“One of the sites we contacted was brazen enough to use the government’s official Coat of Arms. We can only presume this was done to suggest some sort of formal connection with the New Zealand government or our local gambling laws.”
Thornborough went on to note that at least one of the sites may be operating inside New Zealand — a definite no-no in that country, which outlaws all online gambling conducted within its borders but permits its citizens to gamble freely with sites not hosted in-country.
Thornborough says his department is concerned about consumer safety, pointing out “these operators can exist in unregulated or under-regulated places and can be run by criminal organizations looking to cheat you out of your money or use the contact to attempt to hack identities.”
Colorado Floats Bill to Allow Sports Betting
Colorado is one step closer to permitting sportsbooks in its Central City, Cripple Creek, and Blackhawk casinos.
According to reports, a bipartisan bill on sports wagering was introduced into the Colorado House of Representatives on March 18th.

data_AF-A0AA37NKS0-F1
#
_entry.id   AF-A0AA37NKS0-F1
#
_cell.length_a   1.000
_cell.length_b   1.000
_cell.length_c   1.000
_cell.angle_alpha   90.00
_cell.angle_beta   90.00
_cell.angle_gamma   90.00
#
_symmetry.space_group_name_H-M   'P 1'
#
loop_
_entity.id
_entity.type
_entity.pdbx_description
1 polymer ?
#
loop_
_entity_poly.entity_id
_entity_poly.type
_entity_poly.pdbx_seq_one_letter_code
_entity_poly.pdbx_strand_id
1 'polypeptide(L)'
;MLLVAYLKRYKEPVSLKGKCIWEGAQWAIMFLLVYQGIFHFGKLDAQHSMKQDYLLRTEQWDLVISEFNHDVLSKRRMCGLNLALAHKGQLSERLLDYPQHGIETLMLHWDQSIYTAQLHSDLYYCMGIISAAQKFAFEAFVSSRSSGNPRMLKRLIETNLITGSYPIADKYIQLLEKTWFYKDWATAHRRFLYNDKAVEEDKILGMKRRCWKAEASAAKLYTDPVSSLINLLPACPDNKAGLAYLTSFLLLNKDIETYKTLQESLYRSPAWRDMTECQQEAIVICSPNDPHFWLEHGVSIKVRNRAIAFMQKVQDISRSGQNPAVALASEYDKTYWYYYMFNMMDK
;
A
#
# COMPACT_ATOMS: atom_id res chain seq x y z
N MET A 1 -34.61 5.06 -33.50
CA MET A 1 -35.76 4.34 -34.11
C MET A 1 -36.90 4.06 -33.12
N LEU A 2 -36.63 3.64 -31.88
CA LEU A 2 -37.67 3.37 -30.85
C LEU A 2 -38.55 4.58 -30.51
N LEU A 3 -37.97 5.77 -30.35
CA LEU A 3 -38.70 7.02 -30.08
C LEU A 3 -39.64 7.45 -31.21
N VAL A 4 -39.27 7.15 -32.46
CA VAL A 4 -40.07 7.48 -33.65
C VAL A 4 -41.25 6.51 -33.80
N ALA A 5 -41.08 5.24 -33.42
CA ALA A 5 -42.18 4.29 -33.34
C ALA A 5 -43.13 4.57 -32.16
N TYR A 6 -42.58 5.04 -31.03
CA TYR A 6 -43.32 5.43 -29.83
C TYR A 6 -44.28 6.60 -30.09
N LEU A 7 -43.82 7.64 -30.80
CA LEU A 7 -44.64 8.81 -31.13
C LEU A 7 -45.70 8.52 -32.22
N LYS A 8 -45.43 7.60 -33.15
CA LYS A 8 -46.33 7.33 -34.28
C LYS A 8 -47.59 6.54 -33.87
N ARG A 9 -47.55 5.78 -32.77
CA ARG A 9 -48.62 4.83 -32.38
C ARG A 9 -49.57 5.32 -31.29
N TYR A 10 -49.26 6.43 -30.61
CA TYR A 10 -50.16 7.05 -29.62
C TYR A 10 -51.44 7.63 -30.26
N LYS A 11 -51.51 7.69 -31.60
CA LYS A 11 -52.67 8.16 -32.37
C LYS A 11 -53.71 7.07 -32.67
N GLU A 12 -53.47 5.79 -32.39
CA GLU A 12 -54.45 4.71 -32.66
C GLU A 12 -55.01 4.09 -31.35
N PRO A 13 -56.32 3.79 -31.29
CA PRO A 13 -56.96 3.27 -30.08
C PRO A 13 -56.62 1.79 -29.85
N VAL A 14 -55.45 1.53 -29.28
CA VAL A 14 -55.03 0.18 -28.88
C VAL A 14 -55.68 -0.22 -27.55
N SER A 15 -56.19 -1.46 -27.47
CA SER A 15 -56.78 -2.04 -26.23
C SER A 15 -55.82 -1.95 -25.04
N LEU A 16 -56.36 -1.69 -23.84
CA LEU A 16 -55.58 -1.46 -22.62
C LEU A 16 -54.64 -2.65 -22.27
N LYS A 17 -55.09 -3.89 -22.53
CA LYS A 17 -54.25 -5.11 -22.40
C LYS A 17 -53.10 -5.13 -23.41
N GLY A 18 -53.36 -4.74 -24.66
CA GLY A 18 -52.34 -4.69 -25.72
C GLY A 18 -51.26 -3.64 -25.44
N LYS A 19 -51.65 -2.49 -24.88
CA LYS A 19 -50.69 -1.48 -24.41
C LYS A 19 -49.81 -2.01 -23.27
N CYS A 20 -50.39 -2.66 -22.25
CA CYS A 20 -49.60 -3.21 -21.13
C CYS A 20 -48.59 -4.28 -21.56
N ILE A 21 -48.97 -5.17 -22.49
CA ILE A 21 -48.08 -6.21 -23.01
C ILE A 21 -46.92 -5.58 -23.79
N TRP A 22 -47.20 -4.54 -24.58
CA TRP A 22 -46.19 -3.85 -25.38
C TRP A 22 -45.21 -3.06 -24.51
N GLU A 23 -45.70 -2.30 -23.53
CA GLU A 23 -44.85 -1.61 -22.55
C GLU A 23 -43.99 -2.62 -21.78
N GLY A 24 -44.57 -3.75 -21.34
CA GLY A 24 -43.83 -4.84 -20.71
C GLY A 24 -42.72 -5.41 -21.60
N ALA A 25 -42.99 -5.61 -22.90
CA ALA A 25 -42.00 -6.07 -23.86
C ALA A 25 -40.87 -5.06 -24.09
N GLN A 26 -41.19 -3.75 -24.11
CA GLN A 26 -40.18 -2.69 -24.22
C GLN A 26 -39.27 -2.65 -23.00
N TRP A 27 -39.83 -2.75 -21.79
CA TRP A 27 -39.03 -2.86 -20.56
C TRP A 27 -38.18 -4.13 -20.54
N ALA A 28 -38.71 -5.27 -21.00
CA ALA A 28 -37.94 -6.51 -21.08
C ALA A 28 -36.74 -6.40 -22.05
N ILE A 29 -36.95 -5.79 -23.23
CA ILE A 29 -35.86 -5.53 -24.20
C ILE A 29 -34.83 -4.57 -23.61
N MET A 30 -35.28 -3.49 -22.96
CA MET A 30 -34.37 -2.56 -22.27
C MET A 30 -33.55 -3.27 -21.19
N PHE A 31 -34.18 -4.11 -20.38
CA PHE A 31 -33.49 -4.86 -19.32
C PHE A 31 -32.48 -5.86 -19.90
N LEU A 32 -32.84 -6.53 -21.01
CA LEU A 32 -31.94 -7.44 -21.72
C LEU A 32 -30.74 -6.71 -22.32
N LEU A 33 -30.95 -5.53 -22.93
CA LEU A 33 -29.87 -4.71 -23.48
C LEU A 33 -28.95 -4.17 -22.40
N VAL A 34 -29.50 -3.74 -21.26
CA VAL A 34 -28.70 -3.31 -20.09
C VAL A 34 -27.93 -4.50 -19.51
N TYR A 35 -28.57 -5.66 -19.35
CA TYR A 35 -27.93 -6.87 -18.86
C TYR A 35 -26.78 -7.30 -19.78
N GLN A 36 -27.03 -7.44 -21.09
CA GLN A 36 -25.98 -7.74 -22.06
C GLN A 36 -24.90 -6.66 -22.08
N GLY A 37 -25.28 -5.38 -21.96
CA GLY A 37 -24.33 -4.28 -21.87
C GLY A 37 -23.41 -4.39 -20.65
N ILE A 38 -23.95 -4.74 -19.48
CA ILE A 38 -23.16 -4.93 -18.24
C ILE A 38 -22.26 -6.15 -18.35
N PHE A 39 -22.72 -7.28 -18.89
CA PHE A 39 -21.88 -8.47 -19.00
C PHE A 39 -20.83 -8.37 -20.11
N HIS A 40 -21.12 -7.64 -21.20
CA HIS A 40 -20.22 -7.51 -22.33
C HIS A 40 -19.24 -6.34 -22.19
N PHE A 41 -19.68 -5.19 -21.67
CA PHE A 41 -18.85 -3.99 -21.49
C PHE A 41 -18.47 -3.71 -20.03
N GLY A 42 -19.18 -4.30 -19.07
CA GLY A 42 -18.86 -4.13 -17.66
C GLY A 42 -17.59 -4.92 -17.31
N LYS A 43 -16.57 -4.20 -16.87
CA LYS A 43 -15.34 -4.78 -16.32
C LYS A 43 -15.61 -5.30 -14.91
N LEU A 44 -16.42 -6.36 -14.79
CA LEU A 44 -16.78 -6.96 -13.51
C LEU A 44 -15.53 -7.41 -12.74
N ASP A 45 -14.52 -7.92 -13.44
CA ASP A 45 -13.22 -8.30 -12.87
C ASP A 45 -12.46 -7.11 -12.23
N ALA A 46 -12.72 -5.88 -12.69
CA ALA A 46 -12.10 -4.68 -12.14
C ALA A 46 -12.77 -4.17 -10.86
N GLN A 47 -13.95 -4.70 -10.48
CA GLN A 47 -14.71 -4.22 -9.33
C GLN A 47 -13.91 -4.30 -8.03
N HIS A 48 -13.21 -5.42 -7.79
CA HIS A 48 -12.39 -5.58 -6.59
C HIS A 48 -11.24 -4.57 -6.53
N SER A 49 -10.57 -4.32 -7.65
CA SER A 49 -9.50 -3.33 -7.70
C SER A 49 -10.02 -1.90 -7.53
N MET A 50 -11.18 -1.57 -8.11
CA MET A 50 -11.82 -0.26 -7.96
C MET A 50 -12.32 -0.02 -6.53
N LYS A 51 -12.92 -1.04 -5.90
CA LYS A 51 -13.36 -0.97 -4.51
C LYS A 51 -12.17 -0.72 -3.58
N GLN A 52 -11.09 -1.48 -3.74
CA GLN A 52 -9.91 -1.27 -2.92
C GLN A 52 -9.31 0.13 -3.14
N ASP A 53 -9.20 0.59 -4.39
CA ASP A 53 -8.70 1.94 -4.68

Explaining the need for the bill, House Majority Leader Alec Garnett had this to say.
“We know that people are betting illegally across the state of Colorado. If it’s already happening, it’s better to treat consumers fairly and to put it into a regulated marketplace.”
The bill as it is currently written would allow sportsbooks in 17 casinos in Colorado and provide for the issuance of 17 more licenses in the future.
It would also permit the casinos to offer mobile apps that would enable gamblers to place sports bets from anywhere in the state and to set up online sportsbooks, as well.
Which does not please the Problem Gambling Coalition of Colorado. Its president, Lawrence Wall, told reporters, “Not making clients go up into the casinos — and placing it right into every household throughout Colorado — does provide that access point. It’s only a matter of time where someone might get into trouble.”
But Representative Garnett argues that that is already happening in Colorado — illegally. “The fingertip app structure already exists,” he told reporters. “That is the black market. We aren’t really expanding the marketplace — we’re just going to regulate that marketplace.”
But the battle between legislators who want sportsbooks in Colorado and the organizations who oppose that move may be mooted by the state constitution.
The sportsbook bill establishes a flat 10% tax on the net sports revenue, the majority of which would be used to fund a number of water conservation and storage projects collectively known as the Colorado Water Plan.
And since a tax is involved, even if the sports wagering bill is approved in this legislative session, the state’s constitution would require that the tax question be placed on the November ballot, giving Colorado voters the ultimate say on sportsbooks in Colorado.